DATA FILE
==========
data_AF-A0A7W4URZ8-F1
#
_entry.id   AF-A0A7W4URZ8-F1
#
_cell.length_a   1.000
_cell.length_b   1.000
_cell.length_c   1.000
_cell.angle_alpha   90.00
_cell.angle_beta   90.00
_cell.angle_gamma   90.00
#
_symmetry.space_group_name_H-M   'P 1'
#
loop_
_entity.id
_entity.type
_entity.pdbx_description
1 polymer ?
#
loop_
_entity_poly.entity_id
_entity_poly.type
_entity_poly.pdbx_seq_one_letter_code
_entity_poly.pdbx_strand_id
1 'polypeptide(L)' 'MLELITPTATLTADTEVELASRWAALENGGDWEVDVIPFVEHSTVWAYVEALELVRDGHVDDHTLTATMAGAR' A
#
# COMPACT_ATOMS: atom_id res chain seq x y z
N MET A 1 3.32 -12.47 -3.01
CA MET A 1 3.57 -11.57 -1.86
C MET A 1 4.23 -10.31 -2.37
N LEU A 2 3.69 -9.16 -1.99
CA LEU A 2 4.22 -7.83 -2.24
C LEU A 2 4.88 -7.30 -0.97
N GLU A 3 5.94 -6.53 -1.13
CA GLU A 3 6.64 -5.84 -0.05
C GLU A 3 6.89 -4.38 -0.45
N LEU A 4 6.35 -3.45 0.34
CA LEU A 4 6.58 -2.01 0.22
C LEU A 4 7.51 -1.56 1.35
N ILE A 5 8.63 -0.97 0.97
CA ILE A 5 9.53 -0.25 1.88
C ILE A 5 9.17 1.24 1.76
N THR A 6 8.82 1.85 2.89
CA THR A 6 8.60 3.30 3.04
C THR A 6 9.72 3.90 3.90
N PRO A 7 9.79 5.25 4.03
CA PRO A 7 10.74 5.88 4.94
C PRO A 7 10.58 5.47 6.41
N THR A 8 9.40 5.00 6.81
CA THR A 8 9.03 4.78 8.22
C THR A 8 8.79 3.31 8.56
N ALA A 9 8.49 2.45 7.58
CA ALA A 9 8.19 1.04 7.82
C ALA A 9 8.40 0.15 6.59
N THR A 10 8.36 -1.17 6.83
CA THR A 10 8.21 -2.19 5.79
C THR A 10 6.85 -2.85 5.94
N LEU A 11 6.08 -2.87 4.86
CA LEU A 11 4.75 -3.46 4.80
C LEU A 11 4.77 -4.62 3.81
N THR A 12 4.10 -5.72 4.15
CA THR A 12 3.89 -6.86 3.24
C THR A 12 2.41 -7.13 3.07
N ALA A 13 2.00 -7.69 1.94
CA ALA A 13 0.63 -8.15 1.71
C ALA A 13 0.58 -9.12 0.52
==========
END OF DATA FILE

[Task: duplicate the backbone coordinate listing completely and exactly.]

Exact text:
data_AF-A0A7W4URZ8-F1
#
_entry.id   AF-A0A7W4URZ8-F1
#
_cell.length_a   1.000
_cell.length_b   1.000
_cell.length_c   1.000
_cell.angle_alpha   90.00
_cell.angle_beta   90.00
_cell.angle_gamma   90.00
#
_symmetry.space_group_name_H-M   'P 1'
#
loop_
_entity.id
_entity.type
_entity.pdbx_description
1 polymer ?
#
loop_
_entity_poly.entity_id
_entity_poly.type
_entity_poly.pdbx_seq_one_letter_code
_entity_poly.pdbx_strand_id
1 'polypeptide(L)' 'MLELITPTATLTADTEVELASRWAALENGGDWEVDVIPFVEHSTVWAYVEALELVRDGHVDDHTLTATMAGAR' A
#
# COMPACT_ATOMS: atom_id res chain seq x y z
N MET A 1 3.32 -12.47 -3.01
CA MET A 1 3.57 -11.57 -1.86
C MET A 1 4.23 -10.31 -2.37
N LEU A 2 3.69 -9.16 -1.99
CA LEU A 2 4.22 -7.83 -2.24
C LEU A 2 4.88 -7.30 -0.97
N GLU A 3 5.94 -6.53 -1.13
CA GLU A 3 6.64 -5.84 -0.05
C GLU A 3 6.89 -4.38 -0.45
N LEU A 4 6.35 -3.45 0.34
CA LEU A 4 6.58 -2.01 0.22
C LEU A 4 7.51 -1.56 1.35
N ILE A 5 8.63 -0.97 0.97
CA ILE A 5 9.53 -0.25 1.88
C ILE A 5 9.17 1.24 1.76
N THR A 6 8.82 1.85 2.89
CA THR A 6 8.60 3.30 3.04
C THR A 6 9.72 3.90 3.90
N PRO A 7 9.79 5.25 4.03
CA PRO A 7 10.74 5.88 4.94
C PRO A 7 10.58 5.47 6.41
N THR A 8 9.40 5.00 6.81
CA THR A 8 9.03 4.78 8.22
C THR A 8 8.79 3.31 8.56
N ALA A 9 8.49 2.45 7.58
CA ALA A 9 8.19 1.04 7.82
C ALA A 9 8.40 0.15 6.59
N THR A 10 8.36 -1.17 6.83
CA THR A 10 8.21 -2.19 5.79
C THR A 10 6.85 -2.85 5.94
N LEU A 11 6.08 -2.87 4.86
CA LEU A 11 4.75 -3.46 4.80
C LEU A 11 4.77 -4.62 3.81
N THR A 12 4.10 -5.72 4.15
CA THR A 12 3.89 -6.86 3.24
C THR A 12 2.41 -7.13 3.07
N ALA A 13 2.00 -7.69 1.94
CA ALA A 13 0.63 -8.15 1.71
C ALA A 13 0.58 -9.12 0.52